Similarly, the town of Macondo in One A Century of Privacy are also restricted through interactions and the modifications that it brings. Though the novel itself attributes numerous Biblical allusions, the characters in the book are generally not really religious. It is indicated that the town of Macondo was a better place when it was isolated from organized faith. Religious beliefs is treated with much skepticism throughout the novel, and this is illustrated in Jose Arcadio Buendia’s mocking of the local priest. Also, Aureliano Segundo makes fun of the concept of his boy wishing to end up being pope. The novel suggests that life in Macondo is best dealt with interest and with couple of restraints. This is exemplified by the reality that most of the characters in the book are uninhibited by spiritual, ethical, and sexual values. Therefore, it is suggested that seclusion from faith grants individuals more flexibility.
Other types of seclusion such as political seclusion and geographical seclusion can likewise be attributed to freedom. For a long period of time, the town of Macondo has actually been cursed with violence in between warring Liberals and Conservatives. The truth that characters such as Colonel Aureliano Buendia continuously and regularly look for war and reject peace, leading to bloodshed for the town, reveals that war boundaries the town to mayhem, rather than isolation approving the town political liberty. Upon the building and construction of the railroad, the town of Macondo has actually now become connected to the world. No longer separated, it is now susceptible to the evils of capitalist foreigners. These immigrants oppress the people of Macondo with violence and corrupt the town with materialism. The foreigners create a police force that imposes strict guidelines for the people, consequently stripping away the town of its freedom.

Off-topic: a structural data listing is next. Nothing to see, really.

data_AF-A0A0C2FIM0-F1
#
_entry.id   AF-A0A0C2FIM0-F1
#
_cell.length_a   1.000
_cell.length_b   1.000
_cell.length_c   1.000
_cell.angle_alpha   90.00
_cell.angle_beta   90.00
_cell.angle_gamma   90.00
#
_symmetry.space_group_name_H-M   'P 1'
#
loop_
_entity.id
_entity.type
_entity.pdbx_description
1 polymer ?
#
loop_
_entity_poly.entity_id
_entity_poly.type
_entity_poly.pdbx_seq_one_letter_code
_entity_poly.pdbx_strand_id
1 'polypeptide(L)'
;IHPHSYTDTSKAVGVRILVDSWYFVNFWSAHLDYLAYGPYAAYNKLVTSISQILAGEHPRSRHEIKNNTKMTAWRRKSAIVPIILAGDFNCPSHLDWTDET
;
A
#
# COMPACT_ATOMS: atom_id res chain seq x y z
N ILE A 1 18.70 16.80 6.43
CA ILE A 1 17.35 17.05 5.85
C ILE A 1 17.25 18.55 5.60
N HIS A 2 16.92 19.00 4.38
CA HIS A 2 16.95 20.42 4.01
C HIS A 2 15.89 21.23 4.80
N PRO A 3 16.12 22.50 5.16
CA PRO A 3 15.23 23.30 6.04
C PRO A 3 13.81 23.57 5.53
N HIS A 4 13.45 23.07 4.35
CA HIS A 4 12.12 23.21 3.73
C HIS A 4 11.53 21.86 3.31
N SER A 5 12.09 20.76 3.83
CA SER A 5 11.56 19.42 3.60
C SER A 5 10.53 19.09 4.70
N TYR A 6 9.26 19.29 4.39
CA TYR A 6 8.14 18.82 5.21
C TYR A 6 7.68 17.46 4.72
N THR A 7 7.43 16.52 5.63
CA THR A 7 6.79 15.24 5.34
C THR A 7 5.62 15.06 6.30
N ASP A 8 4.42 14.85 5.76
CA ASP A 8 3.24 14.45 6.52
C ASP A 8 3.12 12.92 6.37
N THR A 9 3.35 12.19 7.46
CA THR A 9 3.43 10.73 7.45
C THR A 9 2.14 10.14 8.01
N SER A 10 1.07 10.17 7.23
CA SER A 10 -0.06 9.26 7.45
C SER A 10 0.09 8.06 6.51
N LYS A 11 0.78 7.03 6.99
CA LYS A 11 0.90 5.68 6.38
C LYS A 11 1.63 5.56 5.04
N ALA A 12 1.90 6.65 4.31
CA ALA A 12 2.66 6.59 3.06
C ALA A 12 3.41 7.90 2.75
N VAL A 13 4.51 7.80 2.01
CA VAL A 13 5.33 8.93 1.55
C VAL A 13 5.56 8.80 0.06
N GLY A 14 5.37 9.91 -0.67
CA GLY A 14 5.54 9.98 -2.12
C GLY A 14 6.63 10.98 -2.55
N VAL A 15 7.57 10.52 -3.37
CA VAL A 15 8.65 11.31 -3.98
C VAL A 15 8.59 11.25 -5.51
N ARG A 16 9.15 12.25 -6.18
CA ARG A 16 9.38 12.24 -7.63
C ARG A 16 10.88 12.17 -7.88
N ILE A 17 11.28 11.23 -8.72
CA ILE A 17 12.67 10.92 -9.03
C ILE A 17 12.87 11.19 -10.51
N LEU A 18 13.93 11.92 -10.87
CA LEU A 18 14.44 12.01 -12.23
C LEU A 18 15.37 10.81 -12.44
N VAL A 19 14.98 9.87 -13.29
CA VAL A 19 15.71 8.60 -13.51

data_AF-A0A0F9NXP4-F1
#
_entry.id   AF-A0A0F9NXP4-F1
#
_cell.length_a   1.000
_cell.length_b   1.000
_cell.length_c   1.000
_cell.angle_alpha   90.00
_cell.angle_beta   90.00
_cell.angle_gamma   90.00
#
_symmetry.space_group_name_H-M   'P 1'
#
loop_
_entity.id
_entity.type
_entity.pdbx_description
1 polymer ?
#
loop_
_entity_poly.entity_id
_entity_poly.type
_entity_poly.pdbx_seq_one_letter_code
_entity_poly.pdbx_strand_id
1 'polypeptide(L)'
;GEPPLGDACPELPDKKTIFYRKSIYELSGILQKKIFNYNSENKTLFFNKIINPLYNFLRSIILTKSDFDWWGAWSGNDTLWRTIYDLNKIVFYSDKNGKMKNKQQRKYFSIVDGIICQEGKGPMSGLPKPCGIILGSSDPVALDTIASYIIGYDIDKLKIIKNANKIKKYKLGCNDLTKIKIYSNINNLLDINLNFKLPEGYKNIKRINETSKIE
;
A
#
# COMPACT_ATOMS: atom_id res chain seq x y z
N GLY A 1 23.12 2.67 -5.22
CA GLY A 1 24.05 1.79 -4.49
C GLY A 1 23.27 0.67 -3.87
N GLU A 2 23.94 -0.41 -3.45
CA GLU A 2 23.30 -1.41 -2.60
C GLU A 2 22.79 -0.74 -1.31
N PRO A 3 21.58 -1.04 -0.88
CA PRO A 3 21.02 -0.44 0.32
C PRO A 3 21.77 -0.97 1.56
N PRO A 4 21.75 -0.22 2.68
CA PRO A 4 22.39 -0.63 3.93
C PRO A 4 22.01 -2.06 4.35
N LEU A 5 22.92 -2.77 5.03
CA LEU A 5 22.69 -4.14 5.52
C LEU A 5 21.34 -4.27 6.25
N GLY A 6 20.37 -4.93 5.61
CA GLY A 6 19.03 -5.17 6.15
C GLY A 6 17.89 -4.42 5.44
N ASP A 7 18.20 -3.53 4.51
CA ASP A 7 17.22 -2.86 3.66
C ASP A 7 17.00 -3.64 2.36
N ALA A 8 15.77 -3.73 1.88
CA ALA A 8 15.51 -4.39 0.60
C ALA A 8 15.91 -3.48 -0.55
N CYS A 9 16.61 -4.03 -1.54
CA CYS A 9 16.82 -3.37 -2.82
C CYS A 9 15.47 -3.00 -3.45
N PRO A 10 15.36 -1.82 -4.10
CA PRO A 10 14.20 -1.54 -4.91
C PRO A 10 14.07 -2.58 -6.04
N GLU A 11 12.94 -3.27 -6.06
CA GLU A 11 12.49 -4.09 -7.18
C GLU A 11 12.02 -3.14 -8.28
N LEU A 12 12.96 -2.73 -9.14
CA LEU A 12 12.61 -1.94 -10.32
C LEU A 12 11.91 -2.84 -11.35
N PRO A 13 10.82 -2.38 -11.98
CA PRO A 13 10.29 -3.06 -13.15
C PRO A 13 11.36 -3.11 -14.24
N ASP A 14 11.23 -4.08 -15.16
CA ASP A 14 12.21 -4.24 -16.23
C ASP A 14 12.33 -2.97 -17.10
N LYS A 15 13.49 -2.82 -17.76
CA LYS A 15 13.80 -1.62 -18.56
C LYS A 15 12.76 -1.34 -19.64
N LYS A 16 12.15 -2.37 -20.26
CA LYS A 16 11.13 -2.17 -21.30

Though seclusion basically drives both the town of Macondo and Gregor to their eventual damage, it has actually indefinitely given both entities liberties in different forms. In The Metamorphosis, by Franz Kafka, and One A Century of Privacy, by Gabriel Garcia Marquez, the motif of solitude and seclusion is utilized to signify freedom, in contrast to interaction and the theme of dehumanization and confinement. Gregor Samsa and the town of Macondo essentially attain freedom in their death, separating themselves from all of their problems and troubles. In an existentialist perspective, it should be kept in mind that maybe true freedom can not be completely achieved until death. For that reason, everybody and everything may really in some way always be restricted to something.
Kafka, Franz. The Transformation. Clayton, Delaware: Prestwick House Literary Example Classics, 2005. Print.
García Márquez, Gabriel. One A Century of Solitude. New York City, New York City: Harper & & Row, Publishers, 1970. Print.